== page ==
By: Oleda Baker
Be Careful! A major Scandinavian study showed that consumption of moderate amounts of alcohol reduced the incidence of rheumatoid arthritis by 50%.
That might be true, BUT, don’t misinterpret those results. Drinking can only help prevent the development of Rheumatoid arthritis; IT WORKS JUST THE OPPOSITE IF YOU ALREADY HAVE THE DISEASE.
So, if you already have Rheumatoid arthritis, don’t drink alcohol. Here’s why:
Alcohol interferes with the effectiveness of arthritis medications, making your pain worse.
Rheumatoid arthritis is an inflammatory condition. According to the Annals of Epidemiology, chronic, excessive alcohol increases inflammation in your body.
Medications are essential to cope with osteoarthritis and rheumatoid arthritis. But, taking lots of drugs can damage your liver. Excessive alcohol inflames the liver and affects how it functions.
Too many drinks put you at risk for hypertension, heart disease and stroke. Rheumatoid arthritis is also a risk factor for cardiovascular disease and stroke, according to the American College of Rheumatology.
Alcohol causes weight gain. Yet, health professionals often recommend shedding pounds to help improve rheumatoid arthritis and osteoarthritis.
Alcohol in general flushes vital nutrients from your body, such as the mineral magnesium and vitamin B1 or thiamine. Both are essential to muscle function, which is already compromised when you have arthritis. Also, B1 deficiency can affect nerve function and cause walking problems and weakness in your hands and legs.
Alcohol is dehydrating, which makes your muscles tighter or stiffer; arthritis has a similar effect.
Arthritis can result in bone loss and deterioration. Alcohol thins your bones, making them more prone to damage.
Both alcohol and arthritis disrupt sleep.
Women are twice as likely to be affected by rheumatoid arthritis — and they are more susceptible to the effects of alcohol. This makes drinking alcohol even riskier for women with arthritis.
Does it mean you have to give up your favorite bubbly during holidays, or an after-work cocktail with your colleagues? Well, if you have rheumatoid arthritis, yes, unless you want to suffer more than you already are! But, for occasional imbibes, here are some smart guidelines:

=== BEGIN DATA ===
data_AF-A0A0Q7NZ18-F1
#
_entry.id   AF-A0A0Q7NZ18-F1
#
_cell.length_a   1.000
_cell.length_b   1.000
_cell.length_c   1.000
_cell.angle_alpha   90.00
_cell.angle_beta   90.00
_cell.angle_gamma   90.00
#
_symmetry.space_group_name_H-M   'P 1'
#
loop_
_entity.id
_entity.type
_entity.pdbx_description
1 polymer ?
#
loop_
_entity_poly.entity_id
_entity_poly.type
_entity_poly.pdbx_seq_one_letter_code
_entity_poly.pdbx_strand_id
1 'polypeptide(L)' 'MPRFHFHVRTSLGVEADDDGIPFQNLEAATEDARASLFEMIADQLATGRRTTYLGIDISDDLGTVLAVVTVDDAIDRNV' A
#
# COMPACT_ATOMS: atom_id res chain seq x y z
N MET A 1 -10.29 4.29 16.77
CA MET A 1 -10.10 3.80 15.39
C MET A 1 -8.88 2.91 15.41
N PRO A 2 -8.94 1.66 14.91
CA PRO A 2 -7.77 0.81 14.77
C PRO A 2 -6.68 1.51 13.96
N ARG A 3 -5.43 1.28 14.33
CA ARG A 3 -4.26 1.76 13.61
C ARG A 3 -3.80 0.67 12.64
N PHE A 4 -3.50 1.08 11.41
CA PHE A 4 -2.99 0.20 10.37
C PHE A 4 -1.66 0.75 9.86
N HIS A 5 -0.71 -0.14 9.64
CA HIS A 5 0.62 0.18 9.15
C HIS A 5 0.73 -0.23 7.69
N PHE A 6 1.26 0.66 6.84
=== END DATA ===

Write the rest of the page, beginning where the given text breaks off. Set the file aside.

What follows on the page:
Generally, for women, moderate drinking means one drink (for men it’s two drinks), However, this amount can vary based on your body size. You also need to remember that alcohol interacts with arthritis medications.
Don’t drink even a sip of alcohol if you are taking acetaminophen or methotrexate; even moderate drinking can lead to liver damage.
To avoid stomach problems don’t drink when you take non-steroidal anti-inflammatory drugs (NSAIDs) or aspirin.
Avoid using narcotic analgesics (such as codeine), muscle relaxants, or sleep medications when you drink; they strengthen the effects of alcohol.
Using alcohol to cope with pain or depression caused by arthritis may be a sign that your treatment isn’t as effective as it should be. Talk to your doctor about better medications and alternative pain remedies such as hot and cold treatments, meditation, or acupuncture. If you’re depressed, seek medical treatment and counseling.
Recent studies show that moderate use of alcohol may have a beneficial effect on the coronary system. In general, for healthy people, one drink per day for women and no more than two drinks per day for men would be considered the maximum amount of alcohol consumption to be considered moderate use. However, the amount of alcohol that a person can drink safely is highly individual, depending on genetics, age, sex, weight and family history, etc.
IMPORTANT: One drink is considered to be:
1-1/4 ounces of distilled liquor (80 proof whiskey, vodka, scotch, or rum) NOTE THAT 1 ¼ OUNCES IS EQUAL TO ONLY 4 TABLESPOONS.
4-5 ounces of wine
10 ounces of wine cooler
12 ounces of beer
Until next time,
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